Memoir Print 2021

My Life After Death

Written by Tisah Shah
Graphic by Suhani Kapadia

This piece was originally published in ‘Memento Mori’, Bossy’s 2021 print edition.

CW: Death.

I’ve always known what will happen to my body after I die. I am aware that in the hours after my passing, it will be laid to rest in my home, and that my loved ones will gather around me and pray for my soul’s peaceful passage into the next life. I know that my body will be cleansed and blessed, and inevitably, I will be cremated, and my ashes scattered back into the earth. For centuries, it has been the practise of many Indian cultures and religions to undertake cremation, and my death will be no different. But an awareness of such an otherworldly experience is truly difficult to conceptualise unless you witness it firsthand. I’ve only seen a dead body once, when I was 14, and it was a mind-numbing, bone-chilling experience. It was infinitesimally difficult to comprehend that the lifeless being before me was once a living and breathing person who I loved, and that they were physically no longer present in the world in the way that I knew them. And while at that age I was unable to process my ideas about death anywhere beyond grief and sadness, I would say my understanding of passing, and the rituals that accompany it, has brought me some clarity. 

There are several ways in which the body can be treated after death. From the ancient mummification practises undertaken by Egyptians, to the Sky burial ritual practised by some Buddhists in Tibet, cultures around the world have unique ways to mourn and pay tribute to those who have passed away. Certain innovative practises have gained popularity in the 21st century, such as the placement of ashes within fireworks for those who would like to go out with a final ‘bang’. It is intriguing, how these rites allow those who have lost a loved one to grieve, and also provide protection and prosperity to those who have passed, as they continue their journey into whatever afterlife they believe in. I am fascinated by the way in which significant cultural, spiritual, or religious elements are woven into each practice — a celebration of the beliefs and values of the dead.

In my culture, the cremation of the body itself serves dichotomously to allow for grief and mourning, but also to affirm the belief that there is hope for life after death, and to celebrate the passage of the soul into its next life. As a Jain, the concept of the soul, or jiva, is central to our funeral rituals. We believe that the body is but a vessel in which the soul resides, and that our jiva exists beyond the physically tangible concepts of life and death. In our culture, we are reborn in a new life upon the instance of our death, and the physical body of our present life is left behind as a hollow carcass, serving as a reminder and a celebration of the jiva it once housed. Burial is hence strongly discouraged in Jainism, out of fear that any residual attachment between the soul and the body will remain if the body is not destroyed, and the soul’s path into the next life will be hindered.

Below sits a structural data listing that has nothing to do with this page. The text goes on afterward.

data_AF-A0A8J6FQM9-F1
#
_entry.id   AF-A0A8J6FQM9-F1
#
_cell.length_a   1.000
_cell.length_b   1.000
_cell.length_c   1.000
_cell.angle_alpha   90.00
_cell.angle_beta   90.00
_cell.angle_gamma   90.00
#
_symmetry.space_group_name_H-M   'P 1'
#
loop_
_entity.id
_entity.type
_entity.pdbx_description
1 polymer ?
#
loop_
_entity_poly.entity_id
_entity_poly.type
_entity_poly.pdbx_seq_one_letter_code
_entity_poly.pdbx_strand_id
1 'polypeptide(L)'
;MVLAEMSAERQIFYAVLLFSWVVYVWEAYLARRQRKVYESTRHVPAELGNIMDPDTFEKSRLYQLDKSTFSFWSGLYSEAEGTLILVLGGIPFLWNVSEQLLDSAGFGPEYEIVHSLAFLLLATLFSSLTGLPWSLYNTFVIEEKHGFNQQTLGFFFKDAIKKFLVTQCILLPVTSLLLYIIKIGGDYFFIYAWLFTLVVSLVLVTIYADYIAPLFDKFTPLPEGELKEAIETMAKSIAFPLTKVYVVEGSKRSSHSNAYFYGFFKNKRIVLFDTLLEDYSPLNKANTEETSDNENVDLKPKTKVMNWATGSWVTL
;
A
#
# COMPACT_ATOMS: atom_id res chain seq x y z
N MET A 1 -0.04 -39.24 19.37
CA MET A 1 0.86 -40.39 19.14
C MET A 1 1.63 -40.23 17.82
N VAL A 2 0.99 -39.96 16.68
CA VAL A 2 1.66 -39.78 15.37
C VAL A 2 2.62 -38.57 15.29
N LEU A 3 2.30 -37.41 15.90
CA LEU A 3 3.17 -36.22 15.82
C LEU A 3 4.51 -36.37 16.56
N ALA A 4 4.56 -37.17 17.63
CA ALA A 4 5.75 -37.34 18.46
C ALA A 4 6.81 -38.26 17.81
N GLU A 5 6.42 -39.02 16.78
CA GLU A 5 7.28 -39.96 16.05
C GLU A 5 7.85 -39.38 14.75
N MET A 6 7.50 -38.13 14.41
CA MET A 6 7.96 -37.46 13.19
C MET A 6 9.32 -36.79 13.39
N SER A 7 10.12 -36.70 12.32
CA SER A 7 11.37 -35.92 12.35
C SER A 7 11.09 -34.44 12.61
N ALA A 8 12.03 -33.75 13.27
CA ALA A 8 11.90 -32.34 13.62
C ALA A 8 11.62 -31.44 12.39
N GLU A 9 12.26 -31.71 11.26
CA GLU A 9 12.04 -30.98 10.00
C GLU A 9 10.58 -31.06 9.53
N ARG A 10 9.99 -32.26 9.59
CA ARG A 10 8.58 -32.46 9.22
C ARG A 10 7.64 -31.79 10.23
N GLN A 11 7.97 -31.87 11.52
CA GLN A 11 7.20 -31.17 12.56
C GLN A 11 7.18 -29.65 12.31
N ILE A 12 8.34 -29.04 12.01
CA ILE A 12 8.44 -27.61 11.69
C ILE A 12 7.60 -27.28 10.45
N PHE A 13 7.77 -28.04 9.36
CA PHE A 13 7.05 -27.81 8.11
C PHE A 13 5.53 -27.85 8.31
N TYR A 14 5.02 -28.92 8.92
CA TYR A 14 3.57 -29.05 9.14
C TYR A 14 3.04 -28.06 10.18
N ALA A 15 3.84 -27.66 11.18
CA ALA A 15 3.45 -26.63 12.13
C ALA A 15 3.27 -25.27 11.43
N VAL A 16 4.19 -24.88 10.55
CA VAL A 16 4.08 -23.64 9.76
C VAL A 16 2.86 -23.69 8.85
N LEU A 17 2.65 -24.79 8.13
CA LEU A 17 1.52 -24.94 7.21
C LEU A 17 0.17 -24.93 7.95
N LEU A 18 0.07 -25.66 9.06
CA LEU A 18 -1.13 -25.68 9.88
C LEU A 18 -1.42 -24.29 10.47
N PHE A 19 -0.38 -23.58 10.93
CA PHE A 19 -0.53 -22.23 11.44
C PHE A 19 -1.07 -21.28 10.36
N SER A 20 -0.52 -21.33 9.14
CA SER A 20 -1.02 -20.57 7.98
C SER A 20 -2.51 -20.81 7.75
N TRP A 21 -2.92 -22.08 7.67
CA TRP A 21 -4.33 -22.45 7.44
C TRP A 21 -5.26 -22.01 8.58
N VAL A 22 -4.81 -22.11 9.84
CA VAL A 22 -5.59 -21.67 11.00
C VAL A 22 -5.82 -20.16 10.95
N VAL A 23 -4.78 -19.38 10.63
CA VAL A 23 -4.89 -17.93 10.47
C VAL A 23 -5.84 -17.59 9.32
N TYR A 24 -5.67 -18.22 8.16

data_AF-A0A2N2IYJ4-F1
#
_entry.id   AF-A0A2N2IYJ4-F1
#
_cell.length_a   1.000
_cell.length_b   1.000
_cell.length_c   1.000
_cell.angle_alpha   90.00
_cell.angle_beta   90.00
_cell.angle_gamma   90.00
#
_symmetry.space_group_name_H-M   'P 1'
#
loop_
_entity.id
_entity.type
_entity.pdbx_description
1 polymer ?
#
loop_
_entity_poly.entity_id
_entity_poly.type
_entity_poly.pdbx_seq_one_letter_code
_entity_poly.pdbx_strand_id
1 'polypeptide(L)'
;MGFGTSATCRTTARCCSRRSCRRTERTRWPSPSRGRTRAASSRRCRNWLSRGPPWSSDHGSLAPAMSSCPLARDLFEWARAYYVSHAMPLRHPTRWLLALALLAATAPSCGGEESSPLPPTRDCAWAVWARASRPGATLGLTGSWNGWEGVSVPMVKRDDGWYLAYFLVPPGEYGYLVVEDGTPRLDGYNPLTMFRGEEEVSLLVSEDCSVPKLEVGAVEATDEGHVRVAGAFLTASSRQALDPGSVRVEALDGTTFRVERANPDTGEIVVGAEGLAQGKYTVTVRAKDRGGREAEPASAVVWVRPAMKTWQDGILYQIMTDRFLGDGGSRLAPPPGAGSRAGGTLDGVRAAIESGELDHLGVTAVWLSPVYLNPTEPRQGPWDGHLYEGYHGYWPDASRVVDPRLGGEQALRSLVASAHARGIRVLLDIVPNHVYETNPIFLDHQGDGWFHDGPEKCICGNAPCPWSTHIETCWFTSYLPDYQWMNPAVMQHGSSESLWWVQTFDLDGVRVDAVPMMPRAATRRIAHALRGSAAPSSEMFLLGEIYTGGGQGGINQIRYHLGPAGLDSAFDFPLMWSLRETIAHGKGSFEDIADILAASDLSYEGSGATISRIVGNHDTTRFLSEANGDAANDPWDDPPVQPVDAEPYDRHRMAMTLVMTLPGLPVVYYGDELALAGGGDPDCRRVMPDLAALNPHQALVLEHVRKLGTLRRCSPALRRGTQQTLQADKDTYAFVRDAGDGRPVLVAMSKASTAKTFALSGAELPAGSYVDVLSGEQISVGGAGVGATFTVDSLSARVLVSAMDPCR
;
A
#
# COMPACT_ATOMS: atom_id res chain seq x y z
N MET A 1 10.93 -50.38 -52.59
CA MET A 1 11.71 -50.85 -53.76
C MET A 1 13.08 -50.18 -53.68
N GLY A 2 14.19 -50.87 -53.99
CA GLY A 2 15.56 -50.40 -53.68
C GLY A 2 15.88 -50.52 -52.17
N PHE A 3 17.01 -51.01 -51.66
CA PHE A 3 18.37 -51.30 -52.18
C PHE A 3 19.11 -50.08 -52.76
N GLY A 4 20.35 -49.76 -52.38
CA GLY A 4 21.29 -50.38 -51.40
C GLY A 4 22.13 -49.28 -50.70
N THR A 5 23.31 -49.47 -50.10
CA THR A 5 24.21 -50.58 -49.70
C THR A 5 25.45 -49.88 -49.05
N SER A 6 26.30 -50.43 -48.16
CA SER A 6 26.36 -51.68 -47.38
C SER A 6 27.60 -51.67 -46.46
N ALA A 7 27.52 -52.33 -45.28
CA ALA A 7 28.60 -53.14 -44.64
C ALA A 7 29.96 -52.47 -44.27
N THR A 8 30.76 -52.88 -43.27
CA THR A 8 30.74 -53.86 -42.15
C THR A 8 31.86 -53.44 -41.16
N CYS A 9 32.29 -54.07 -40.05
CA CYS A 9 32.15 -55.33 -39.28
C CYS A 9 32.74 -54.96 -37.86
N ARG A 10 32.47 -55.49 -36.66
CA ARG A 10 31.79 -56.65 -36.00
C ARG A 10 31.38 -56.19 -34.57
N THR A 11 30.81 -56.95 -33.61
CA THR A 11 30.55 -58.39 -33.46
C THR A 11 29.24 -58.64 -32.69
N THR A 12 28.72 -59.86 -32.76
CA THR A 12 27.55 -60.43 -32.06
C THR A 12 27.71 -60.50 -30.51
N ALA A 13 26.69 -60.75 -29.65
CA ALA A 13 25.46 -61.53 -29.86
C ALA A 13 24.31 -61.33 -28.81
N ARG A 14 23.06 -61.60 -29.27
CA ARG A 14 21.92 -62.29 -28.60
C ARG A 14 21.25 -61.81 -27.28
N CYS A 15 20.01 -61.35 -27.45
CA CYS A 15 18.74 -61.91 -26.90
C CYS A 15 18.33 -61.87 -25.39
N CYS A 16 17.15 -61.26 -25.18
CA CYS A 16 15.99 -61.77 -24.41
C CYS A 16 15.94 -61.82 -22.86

My faith has thus, to an extent, been able to soothe my fears of the physical aspects of death. I find myself, after deep (deep) introspection, able to isolate my consciousness from my physical body, and able to understand there is much more waiting beyond the bounds of life and death. While the thought of my body being burnt to ash is still undoubtedly terrifying, there is an unsettling peace in the knowledge that both my body and soul will be freed back into the universe after I die. To me, a macabre yet liberating cyclicality lies in the idea that the body is returned to the earth as the dust from which it was created. 

While I am becoming increasingly comfortable with the spiritual aspects of my death, I have also begun considering it in terms of the physical world — in particular, whether I will donate my organs after I die. Seeing loved ones experience health complications and become in desperate need of rarely available organs has also brought the issue to the forefront of my mind, particularly in times like these of dire health crisis. In the modern world, as healthcare needs continue to evolve and change, medical communities are now more than ever pleading for members of the community to donate their organs after they pass. Personally, organ donation has always felt like the most sensible option; as morbid as it sounds, “it’s not like I’ll be needing them anyway.” The choice for me was relatively simple to make, considering its lifesaving implications and my personal lack of cultural conflict with the concept. After all, when I die, it is no longer about how my body may serve me, but how it may be of benefit to others. However, it is pertinent to acknowledge that there are numerous religious and cultural factors which often influence the decision to follow (or not follow) suit.

In my eyes, the body after death, regardless of whether it is cremated, buried or otherwise, tells a story. It may be a story of triumph, of love and happiness, or even of desolation and sadness — but it is still a celebration of a life lived, and of a soul starting its journey onwards.

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